China to reopen cinemas in low-risk areas next week with restrictions

Xu Wei Wang Qingchu
Reopened cinemas must operate at below 30 percent capacity. Food and drinks will not be sold, and eating is also banned during screenings.
Xu Wei Wang Qingchu
China to reopen cinemas in low-risk areas next week with restrictions
Zhou Shengjie

People walk past the closed Grand Theatre in downtown Shanghai on Thursday.

The China Film Administration announced yesterday that cinemas in areas at low risk of COVID-19 transmission can reopen from Monday, almost six months after their closure due to the pandemic.

Theaters in medium- and high-risk areas will remain closed over safety concerns.

The administration also advised local film administrative bodies to enhance management at the theaters before their reopening.

Strict measures including checking health QR codes and body temperatures must be enforced to ensure the safety of cinemagoers.

Masks will be mandatory and people with a temperature higher than 37.3 degrees Celsius will not be allowed entry.

Cinemas must operate below 30 percent capacity. Tickets will be sold through real-name registration on the Internet to reduce human contacts.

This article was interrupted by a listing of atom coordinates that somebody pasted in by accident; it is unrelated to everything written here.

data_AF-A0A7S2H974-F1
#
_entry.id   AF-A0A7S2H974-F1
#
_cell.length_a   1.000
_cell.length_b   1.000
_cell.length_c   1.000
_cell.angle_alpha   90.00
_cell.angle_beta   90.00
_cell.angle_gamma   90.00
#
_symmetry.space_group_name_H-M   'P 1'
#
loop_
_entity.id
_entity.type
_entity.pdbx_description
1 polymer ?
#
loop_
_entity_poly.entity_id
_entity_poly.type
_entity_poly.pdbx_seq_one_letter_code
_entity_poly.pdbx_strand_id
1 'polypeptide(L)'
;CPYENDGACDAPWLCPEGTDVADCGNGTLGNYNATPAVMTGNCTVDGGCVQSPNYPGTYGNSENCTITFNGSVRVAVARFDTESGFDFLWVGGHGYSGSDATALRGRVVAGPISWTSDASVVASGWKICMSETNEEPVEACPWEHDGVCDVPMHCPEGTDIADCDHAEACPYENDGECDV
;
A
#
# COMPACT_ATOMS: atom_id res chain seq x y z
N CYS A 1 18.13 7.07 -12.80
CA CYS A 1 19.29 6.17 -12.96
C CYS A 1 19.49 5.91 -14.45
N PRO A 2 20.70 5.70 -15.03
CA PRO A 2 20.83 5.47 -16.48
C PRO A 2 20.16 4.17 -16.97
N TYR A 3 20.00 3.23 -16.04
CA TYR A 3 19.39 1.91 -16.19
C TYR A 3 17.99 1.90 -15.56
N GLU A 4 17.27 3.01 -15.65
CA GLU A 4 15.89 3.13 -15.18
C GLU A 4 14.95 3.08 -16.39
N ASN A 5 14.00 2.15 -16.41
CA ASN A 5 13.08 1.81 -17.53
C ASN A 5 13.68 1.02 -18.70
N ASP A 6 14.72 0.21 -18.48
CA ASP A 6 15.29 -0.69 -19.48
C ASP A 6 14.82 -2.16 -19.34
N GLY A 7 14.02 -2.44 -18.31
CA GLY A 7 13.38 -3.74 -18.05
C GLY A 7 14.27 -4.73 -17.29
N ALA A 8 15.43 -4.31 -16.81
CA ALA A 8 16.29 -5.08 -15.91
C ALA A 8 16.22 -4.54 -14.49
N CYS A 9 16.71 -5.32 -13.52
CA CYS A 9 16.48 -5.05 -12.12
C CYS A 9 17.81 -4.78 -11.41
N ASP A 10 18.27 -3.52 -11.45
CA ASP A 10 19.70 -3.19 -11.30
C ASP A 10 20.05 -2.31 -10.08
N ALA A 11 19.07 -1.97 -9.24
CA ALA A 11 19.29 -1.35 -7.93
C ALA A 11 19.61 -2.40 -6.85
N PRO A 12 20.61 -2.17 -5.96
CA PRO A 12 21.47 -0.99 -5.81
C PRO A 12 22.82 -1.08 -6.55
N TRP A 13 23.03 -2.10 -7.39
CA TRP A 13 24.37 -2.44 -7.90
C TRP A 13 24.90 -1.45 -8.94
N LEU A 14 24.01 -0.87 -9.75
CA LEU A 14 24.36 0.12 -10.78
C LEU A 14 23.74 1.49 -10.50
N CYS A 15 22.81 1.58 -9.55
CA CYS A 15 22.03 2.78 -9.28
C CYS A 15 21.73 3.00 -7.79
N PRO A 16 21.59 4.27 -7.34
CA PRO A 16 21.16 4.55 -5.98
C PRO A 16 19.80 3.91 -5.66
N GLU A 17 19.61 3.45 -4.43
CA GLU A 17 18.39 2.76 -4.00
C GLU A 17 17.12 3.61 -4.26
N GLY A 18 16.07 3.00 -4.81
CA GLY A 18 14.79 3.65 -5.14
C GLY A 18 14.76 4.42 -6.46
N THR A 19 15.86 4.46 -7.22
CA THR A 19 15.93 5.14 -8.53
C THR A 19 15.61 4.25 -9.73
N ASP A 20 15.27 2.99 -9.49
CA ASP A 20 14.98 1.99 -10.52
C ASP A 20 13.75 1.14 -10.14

No drinks or snacks will be sold at the venues, and moviegoers are not allowed to eat during screenings. Each film screening should not last more than two hours.

Earlier this year, Shanghai Film Group set up a 1 billion yuan (US$141 million) fund for the recovery and revival of cinemas, particularly those in the Yangtze River Delta region.

The Shanghai Film Administration has also allocated 18 million yuan in subsidies for 345 cinemas in the city to help them pull through hard times.

Max Zheng, a local 30-something IT engineer, is thrilled to learn that cinemas in Shanghai will reopen soon. Over the passing years, he has been a frequent attendee to the screenings of the annual Shanghai International Film Festival.

“I will try my best to support the cinemas which ran into difficulties in the past few months,” said Zheng.

Many cinemas in town are well-prepared for the reopening. But they are still waiting for the detailed screening plans from the local film authorities.

According to an official, who declined to be identified, from a local Wanda Cinema, they have no idea what movies will be screened although they have worked on sanitation.

Release dates for many new movies haven’t been decided yet.

But producers of the award-winning drama film “A First Farewell” recently announced that they would release the film on the first day of the reopening of the cinemas.

The film about a little boy’s growth and affection for his mother was shown at the Belt and Road section at last year’s Shanghai International Film Festival.

Romance film “Love You Forever” will be released on Qixi, the Chinese Valentine’s Day which falls on August 25 this year.

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